Young leaders from Bangladesh at Women Deliver 2023
Women Deliver 2023, one of the largest global multi-sectoral conferences devoted to advancing gender equality, was held in the city of Kigali, Rwanda, from July 17 to 20. The event's 6,300 in-person attendees and additional 200,000 online visitors demonstrated a global commitment to empowering women and achieving gender parity.
The conference provided a platform for young people all over the world to advocate for the policies and solutions they felt were most important. Remarkable young leaders from Bangladesh, who each hosted a panel and joined lively discussions representing the Global South, brought us accounts of their experiences from the conference.
Winner of a prize for social entrepreneurship and activism, Nowshin Mehzabin Chowdhury, reflected on the experience, saying, "It was incredibly empowering to stand in a global space and know that I was being heard."
She found the young leaders' charisma, commitment, and values to be motivating at the 2016 conference, which she attended as a sponsored young delegate.
"It was like walking into a city full of possibilities where everyone has the same goal and is working from different angles to achieve equality, equity, and sustainability for all," said Nowshin upon returning from the conference this year.
Nowshin discussed youth-led labour market assessment and community mentoring for teen girls and young women at a USAID and FHI 360 HIV prevention session titled 'Shifting Power to Adolescent Girls and Young Women'. She felt empowered by bringing in Bangladeshi examples and advocating for local perspectives that emphasise youth involvement in policy-making.
Tanjila Mazumder Drishti, currently the Regional Lead for Asia at BRAC International, joined Women Deliver with a decade of experience in international development. She talked about the conference's dedication to emancipation through the co-creation of effective interventions with public and private partners, so the two were a natural fit. She presided over a panel on 'Transformative Education Approaches for Out-of-School Girls in the Global South', which discussed the obstacles to education that girls in the Global South face due to problems like childbirth, marriage, and poverty.
"The location of the conference in Rwanda allowed people of colour and representatives from the Global South to share their challenges without a colonised narrative attached to them," Tanjila pointed out.
MD Sohanur Rahman, another Bangladeshi who joined the conference, is a climate activist and advocate. He has played a significant role in the environmental justice movement in Bangladesh. The groundwork he laid with vulnerable youth and the intersex and transgender communities in rural Bangladesh prepared him to make a more significant contribution to the international effort to combat climate change and promote gender diversity.
Sohanur talked about local initiatives and policies at a panel called 'Spaces, Solidarity, and Solutions'. The goal of the panel was to talk about inequality in Bangladesh and how disasters affect communities that are already considered social outcasts. He said that giving a voice to those who do not have one means helping them develop and encouraging them to help make policies and solutions. Sohanur said, "At the conference, we saw a political willingness that we want to see here in Bangladesh."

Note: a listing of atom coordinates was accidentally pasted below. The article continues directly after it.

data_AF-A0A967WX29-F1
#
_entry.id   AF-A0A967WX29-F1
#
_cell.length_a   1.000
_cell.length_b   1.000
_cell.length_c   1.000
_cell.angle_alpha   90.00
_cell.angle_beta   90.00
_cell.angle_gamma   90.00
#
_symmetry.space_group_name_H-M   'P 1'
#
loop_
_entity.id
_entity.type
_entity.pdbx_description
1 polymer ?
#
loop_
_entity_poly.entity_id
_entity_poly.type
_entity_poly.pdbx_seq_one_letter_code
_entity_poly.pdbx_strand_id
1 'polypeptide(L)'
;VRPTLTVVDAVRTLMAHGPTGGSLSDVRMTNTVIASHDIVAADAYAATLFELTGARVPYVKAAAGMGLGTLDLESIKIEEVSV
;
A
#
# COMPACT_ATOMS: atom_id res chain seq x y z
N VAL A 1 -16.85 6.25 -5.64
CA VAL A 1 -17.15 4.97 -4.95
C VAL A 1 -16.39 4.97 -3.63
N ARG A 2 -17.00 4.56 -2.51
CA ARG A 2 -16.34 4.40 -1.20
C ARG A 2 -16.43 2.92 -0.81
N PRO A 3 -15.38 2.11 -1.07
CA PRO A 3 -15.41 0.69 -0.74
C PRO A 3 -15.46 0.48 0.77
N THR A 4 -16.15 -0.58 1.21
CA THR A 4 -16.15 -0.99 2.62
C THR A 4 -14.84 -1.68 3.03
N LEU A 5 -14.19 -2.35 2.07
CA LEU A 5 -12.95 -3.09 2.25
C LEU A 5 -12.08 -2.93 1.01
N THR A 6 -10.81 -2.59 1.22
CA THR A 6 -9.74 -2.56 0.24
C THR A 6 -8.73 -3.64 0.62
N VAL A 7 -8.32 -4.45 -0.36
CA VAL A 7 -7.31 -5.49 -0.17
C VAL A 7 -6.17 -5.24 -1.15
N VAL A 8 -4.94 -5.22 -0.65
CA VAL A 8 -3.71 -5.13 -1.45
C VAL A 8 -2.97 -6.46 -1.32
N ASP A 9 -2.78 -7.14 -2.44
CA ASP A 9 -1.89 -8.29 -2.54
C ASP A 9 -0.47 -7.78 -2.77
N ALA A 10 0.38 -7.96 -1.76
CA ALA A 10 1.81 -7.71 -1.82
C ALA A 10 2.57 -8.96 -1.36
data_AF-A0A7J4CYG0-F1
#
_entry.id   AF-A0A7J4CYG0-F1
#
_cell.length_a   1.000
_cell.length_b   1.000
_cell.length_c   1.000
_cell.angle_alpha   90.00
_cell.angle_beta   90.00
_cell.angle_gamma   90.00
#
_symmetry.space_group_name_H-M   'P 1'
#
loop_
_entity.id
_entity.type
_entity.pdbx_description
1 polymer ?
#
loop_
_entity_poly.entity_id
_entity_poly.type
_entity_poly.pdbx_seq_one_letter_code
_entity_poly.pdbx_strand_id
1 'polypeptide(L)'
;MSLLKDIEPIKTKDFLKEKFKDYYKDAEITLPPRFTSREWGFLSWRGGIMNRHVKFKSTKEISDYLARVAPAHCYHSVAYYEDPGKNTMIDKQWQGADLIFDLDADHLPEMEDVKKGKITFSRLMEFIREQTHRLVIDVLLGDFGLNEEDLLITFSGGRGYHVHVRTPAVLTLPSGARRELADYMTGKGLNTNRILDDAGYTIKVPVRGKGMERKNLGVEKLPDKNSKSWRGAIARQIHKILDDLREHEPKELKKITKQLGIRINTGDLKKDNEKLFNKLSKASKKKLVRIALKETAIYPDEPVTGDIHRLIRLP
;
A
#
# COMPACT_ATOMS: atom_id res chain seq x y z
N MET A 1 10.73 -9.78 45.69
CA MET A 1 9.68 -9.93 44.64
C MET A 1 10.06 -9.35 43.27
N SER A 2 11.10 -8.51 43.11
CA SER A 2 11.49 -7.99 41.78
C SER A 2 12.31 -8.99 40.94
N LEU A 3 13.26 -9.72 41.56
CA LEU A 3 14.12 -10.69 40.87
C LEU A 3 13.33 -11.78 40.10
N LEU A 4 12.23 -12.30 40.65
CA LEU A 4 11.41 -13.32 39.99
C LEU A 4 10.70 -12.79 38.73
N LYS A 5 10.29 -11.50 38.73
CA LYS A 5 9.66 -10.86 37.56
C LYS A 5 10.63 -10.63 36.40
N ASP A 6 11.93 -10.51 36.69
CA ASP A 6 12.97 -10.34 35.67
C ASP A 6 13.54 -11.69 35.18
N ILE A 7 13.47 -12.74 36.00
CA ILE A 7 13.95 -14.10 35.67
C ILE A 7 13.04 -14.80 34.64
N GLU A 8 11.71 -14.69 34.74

Talking about the theme of the conference, Sohanur and Nowshin placed a strong emphasis on "taking cultural and religious ethos, pathos, and logos into account", because it was centred on issues pertaining to gender, sexuality, and abortion rights this year. "These vital topics served as a springboard for bringing the discussion to political bodies, thereby kicking off progress and shattering both political and social taboos."
The conference's emphasis on innovative educational strategies for girls in the Global South inspired Tanjila. She thinks that reviving the momentum of Women Deliver in Bangladesh could lead to the empowerment of marginalised communities. She went on to say, "One conference may not solve everything, but Bangladesh is no longer a colonised basket case. It has broken out with its own stories of development and economic independence."
At the global exhibition that took place during Women Deliver 2023, Bangladesh was represented by Brac, a non-governmental organisation that is dedicated to empowering communities across Asia and Africa. Nowshin and Tanjila both praised the attendance and hoped for a larger Bangladeshi presence at future conferences to help boost Bangladesh's international profile and foster international partnerships.
Women Deliver 2023 was a groundbreaking event that promoted equal rights for men and women. It was a transformative experience that reaffirmed Bangladesh's young leaders' commitment to social change, and they believe these events could give Bangladeshi youth a voice and perspective.
Tanjila, Sohanur, and Nowshin serve as examples of why more young people should take part in policy dialogues to talk about their own problems, such as mental and physical health, education, and jobs, to advocate for meaningful change and create a rights-achieving nation on par with the global superpowers.